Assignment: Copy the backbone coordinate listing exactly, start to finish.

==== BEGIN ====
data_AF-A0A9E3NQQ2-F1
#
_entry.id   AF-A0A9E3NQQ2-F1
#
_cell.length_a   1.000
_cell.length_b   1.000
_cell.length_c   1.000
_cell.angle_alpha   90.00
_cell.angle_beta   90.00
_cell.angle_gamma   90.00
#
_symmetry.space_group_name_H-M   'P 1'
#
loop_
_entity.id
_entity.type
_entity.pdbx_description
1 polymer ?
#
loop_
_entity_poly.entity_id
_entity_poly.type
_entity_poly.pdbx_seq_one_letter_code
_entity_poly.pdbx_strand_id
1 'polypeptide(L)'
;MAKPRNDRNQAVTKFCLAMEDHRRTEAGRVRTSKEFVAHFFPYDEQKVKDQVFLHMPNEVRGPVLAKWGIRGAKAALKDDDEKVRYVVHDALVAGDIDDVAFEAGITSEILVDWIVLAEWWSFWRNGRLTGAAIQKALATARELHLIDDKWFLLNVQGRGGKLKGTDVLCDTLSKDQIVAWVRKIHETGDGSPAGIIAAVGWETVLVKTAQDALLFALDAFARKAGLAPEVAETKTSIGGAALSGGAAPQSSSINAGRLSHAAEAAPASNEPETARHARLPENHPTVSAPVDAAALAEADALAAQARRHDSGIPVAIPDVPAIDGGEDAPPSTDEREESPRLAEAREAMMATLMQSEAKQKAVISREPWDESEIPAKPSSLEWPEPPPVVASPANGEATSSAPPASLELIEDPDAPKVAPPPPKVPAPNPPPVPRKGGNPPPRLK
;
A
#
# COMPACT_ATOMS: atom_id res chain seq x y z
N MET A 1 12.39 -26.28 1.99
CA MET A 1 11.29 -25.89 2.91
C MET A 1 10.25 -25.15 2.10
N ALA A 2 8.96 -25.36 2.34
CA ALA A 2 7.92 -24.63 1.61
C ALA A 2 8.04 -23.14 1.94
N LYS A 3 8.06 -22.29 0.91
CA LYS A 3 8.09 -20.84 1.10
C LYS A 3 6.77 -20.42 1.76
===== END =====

data_AF-A0A9E3NQQ2-F1
#
_entry.id   AF-A0A9E3NQQ2-F1
#
_cell.length_a   1.000
_cell.length_b   1.000
_cell.length_c   1.000
_cell.angle_alpha   90.00
_cell.angle_beta   90.00
_cell.angle_gamma   90.00
#
_symmetry.space_group_name_H-M   'P 1'
#
loop_
_entity.id
_entity.type
_entity.pdbx_description
1 polymer ?
#
loop_
_entity_poly.entity_id
_entity_poly.type
_entity_poly.pdbx_seq_one_letter_code
_entity_poly.pdbx_strand_id
1 'polypeptide(L)'
;MAKPRNDRNQAVTKFCLAMEDHRRTEAGRVRTSKEFVAHFFPYDEQKVKDQVFLHMPNEVRGPVLAKWGIRGAKAALKDDDEKVRYVVHDALVAGDIDDVAFEAGITSEILVDWIVLAEWWSFWRNGRLTGAAIQKALATARELHLIDDKWFLLNVQGRGGKLKGTDVLCDTLSKDQIVAWVRKIHETGDGSPAGIIAAVGWETVLVKTAQDALLFALDAFARKAGLAPEVAETKTSIGGAALSGGAAPQSSSINAGRLSHAAEAAPASNEPETARHARLPENHPTVSAPVDAAALAEADALAAQARRHDSGIPVAIPDVPAIDGGEDAPPSTDEREESPRLAEAREAMMATLMQSEAKQKAVISREPWDESEIPAKPSSLEWPEPPPVVASPANGEATSSAPPASLELIEDPDAPKVAPPPPKVPAPNPPPVPRKGGNPPPRLK
;
A
#
# COMPACT_ATOMS: atom_id res chain seq x y z
N MET A 1 12.39 -26.28 1.99
CA MET A 1 11.29 -25.89 2.91
C MET A 1 10.25 -25.15 2.10
N ALA A 2 8.96 -25.36 2.34
CA ALA A 2 7.92 -24.63 1.61
C ALA A 2 8.04 -23.14 1.94
N LYS A 3 8.06 -22.29 0.91
CA LYS A 3 8.09 -20.84 1.10
C LYS A 3 6.77 -20.42 1.76